Sarita Sengupta is in her last semester of grad school and has finally realized she doesn’t have a career plan, a girlfriend, or a clear outlook on life. She works as a pastry shop’s head decorator, but is otherwise drifting without direction until a friend’s birthday party ends with her waking up in surprise next to Maritza Quiñones, a pretty ballroom dancer whose cheerful charm and laser focus sets Sarita on a path to making all of the choices she’s been avoiding.
I adored the first half of this book. Like give-it-all0the-stars-in-the-history-of-stars level of adoration. The way Sarita and Maritza meet, the way they dance around each other and fall into this sorta kinda relationship but not because they are both intensely busy. But they make the time and enjoy each other. And everyone is rooting for them and you just WANT them to make it because it’ll make life happy forever and ever if they do. You can tell they’re going to have to work at it but you’re eager to see that happen. Plus we get to see Alex and Craig some more, along with the rest of the Sucre Coeur gang.
Then Sarita’s family problem crept in. I didn’t get why Sarita’s parents let Anjila act like that to Sarita in their presence. Sure, you can’t change how one of your children is influenced when they move away from home. But you sure as heck can let them know you absolutely will not stand for your oldest child to tear down your youngest child regularly. But the parents allowed that behavior for TEN YEARS! When it comes out the real reason behind Anjila’s behavior towards Sarita it made even less sense. When everyone in Sarita’s family coddle Anjila and allowed her to run rampant with her hate they told Sarita her feelings didn’t matter as much and it’s ok Anjila tore her down every single time they saw each other. And that didn’t sit well with me and I was angry along with Sarita. I feel like Sarita far more restraint than I ever would have if something like that happened to me.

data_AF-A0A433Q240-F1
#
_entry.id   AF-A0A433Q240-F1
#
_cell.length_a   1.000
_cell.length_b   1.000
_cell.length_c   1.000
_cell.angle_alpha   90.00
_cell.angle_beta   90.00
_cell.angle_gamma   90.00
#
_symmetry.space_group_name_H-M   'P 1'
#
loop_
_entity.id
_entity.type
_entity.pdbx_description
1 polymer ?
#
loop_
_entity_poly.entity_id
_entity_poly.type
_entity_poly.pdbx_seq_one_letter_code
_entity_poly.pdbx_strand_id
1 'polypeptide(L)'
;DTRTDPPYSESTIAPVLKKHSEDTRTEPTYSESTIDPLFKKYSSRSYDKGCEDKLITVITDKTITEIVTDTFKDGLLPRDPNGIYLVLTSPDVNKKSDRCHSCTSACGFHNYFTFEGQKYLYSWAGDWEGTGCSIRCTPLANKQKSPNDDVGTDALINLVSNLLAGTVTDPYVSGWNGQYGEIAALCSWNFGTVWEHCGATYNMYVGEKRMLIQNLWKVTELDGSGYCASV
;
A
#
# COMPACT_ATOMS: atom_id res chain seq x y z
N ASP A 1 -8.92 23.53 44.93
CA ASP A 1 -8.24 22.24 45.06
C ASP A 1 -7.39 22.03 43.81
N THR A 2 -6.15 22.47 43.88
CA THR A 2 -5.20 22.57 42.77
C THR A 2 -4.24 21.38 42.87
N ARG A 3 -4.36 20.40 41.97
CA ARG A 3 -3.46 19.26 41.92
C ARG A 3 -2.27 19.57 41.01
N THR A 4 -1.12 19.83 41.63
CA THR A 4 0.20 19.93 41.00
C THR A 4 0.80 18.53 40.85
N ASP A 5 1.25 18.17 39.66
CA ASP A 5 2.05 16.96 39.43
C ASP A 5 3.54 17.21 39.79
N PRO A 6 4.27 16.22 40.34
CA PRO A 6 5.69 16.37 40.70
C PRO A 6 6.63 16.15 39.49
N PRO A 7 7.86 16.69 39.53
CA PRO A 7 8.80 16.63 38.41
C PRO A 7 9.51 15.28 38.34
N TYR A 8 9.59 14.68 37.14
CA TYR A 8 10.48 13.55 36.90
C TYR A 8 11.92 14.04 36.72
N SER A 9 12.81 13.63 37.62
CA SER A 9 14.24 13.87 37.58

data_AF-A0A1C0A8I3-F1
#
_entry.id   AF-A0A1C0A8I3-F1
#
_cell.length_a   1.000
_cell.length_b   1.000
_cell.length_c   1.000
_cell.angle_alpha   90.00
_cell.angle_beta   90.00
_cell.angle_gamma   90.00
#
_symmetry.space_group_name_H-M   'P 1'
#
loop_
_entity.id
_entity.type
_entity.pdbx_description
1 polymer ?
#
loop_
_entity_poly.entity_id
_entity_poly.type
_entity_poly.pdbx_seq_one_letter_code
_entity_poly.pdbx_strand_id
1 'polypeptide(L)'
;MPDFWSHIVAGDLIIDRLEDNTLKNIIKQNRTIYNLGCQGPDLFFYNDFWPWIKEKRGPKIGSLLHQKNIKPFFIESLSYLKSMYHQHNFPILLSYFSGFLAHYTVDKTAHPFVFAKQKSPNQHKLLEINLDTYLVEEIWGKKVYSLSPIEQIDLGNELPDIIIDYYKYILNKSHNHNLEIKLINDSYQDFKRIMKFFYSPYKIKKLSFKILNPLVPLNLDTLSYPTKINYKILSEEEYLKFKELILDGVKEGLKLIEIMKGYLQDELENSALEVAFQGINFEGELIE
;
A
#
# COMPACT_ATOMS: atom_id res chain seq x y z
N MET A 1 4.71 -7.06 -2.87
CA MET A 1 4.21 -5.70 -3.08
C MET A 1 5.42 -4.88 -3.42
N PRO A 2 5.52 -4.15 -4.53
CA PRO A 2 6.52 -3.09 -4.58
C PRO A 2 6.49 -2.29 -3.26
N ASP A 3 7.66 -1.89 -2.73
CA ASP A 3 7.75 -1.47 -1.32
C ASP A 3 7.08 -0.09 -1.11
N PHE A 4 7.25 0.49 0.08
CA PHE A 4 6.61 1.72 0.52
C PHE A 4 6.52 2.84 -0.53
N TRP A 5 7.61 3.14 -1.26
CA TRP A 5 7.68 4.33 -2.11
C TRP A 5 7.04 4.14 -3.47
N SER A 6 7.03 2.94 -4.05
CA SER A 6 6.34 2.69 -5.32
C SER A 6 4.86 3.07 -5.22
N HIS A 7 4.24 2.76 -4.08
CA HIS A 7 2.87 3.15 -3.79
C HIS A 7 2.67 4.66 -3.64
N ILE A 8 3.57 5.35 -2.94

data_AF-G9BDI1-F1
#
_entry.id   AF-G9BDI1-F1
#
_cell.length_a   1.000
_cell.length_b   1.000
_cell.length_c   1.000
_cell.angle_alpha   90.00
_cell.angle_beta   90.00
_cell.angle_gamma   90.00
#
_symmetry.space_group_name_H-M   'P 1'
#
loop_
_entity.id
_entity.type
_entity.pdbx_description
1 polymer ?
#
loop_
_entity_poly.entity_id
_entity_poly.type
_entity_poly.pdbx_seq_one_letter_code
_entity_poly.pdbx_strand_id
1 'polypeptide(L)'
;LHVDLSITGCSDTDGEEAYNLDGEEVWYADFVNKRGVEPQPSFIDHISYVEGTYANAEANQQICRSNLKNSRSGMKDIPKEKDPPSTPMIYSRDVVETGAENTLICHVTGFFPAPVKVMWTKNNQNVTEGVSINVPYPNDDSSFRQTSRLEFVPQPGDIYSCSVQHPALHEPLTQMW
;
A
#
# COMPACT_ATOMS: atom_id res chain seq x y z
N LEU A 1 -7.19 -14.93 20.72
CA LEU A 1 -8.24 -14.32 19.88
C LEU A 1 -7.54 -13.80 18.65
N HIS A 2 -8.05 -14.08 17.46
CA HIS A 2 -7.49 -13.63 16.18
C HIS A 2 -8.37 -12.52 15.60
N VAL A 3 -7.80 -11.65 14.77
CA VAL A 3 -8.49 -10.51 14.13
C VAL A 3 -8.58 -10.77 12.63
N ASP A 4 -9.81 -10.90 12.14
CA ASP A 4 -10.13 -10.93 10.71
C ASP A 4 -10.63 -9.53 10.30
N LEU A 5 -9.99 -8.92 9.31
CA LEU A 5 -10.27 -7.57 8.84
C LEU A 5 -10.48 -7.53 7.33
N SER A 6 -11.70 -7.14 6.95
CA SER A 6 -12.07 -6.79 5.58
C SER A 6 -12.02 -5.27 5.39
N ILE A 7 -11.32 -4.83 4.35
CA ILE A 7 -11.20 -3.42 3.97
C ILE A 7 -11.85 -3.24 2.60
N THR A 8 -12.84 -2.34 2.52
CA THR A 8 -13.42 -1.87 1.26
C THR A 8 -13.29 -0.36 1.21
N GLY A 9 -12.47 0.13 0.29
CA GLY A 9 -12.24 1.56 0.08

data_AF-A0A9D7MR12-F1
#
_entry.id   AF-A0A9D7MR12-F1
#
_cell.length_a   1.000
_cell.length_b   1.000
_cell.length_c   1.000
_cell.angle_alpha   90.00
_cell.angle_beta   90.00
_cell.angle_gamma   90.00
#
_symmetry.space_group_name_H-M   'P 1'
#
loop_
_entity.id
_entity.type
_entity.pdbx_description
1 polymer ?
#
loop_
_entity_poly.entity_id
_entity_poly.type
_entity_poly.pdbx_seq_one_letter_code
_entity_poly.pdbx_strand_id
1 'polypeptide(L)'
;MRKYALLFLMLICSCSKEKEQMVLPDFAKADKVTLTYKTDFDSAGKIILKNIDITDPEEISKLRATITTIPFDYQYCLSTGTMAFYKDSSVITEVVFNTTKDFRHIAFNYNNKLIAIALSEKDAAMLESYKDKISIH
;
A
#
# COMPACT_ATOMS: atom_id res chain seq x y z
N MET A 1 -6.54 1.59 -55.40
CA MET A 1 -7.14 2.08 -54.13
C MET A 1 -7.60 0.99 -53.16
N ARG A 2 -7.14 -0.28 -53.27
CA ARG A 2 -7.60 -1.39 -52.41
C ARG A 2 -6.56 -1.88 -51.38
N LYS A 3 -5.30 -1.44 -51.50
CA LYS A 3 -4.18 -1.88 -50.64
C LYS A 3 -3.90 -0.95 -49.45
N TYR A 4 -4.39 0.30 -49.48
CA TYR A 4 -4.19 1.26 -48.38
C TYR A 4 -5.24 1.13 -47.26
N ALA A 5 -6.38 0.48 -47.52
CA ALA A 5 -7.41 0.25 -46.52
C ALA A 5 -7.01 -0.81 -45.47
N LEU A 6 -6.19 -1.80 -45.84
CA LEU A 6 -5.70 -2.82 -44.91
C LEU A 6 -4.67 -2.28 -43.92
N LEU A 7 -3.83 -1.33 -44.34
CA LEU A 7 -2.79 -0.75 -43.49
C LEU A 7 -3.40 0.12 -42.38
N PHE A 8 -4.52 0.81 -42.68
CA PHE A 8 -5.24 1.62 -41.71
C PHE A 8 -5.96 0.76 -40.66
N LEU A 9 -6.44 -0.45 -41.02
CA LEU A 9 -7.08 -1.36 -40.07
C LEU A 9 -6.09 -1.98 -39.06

And then Maritza’s dancing issues happened. She didn’t talk about her problems with anyone. She kept vital information from Sarita. I can understand why she didn’t want Sarita to leave her over it, Maritza should have given Sarita more credit. Had they sat down and had an actual conversation about it they would have been on the same page and worked towards where Sarita made the same decision she did in the end. When it got to the point Nicky acted the way he did, Maritza should have gone to someone-Fred or her mom maybe?-for helo. Maritza let Nicky go too far too long. I was so proud of Fred and Maritza when they finally put Nicky in his place. It should have happened far sooner, but I cheered when it did.
I struggled to understand why they both wouldn’t confide in each other with their problems. Sure, you don’t want to be all problems all the time at the start of a relationship, and you don’t want to be seen as crazy either. But I’m not comfortable with the notion of not talking to your partner at all because it’s “too soon”. However I did like they both bowed to work on it in the future. They both realized they needed to talk more and share their troubles so they don’t become bigger problems that will break them apart.
In the end I wanted more and better from these two. I do have faith they’re going to try harder going forward. They’re going to work hard to have their relationship ensure the struggles of distance and crazy things life throws in their path. I would love to see more from them to know how they’re doing and how they work. I’m hoping for more books in the series so we can see the Sucre Coeur gang again. I would love to see more of them get happy endings they so justly deserve.
Three and a half
I’m quite excited to have Maritza stop by today. She’s here to talk a bit about what she likes to do on her days off. Though she doesn’t get many days off she uses them pretty wisely. Read and enjoy!
What kind of…what? I like to sleep, who is even…
Oh, sorry. What are you saying? Introduce myself? I guess that would make sense.
I mean, I don’t even know who I’m talking to. Who’s out there?
Okay, okay. Pushy much? I’m Maritza. Just Maritza. Maybe we can be friends later and we’ll talk nicknames. We’ll see.
So listen. You ask me what I enjoy doing on my day off. Well, I’ll tell you, I don’t really get much in the way of days off. I’m a ballroom dancer, so that’s the number one use of my time. We’re talking hours, right, hours of me strapped into high heels and twirled around and flung over shoulders and the whole time, I am smiling because that’s part of the practice. Yeah. I have to practice smiling. Anyway, that’s all exhausting.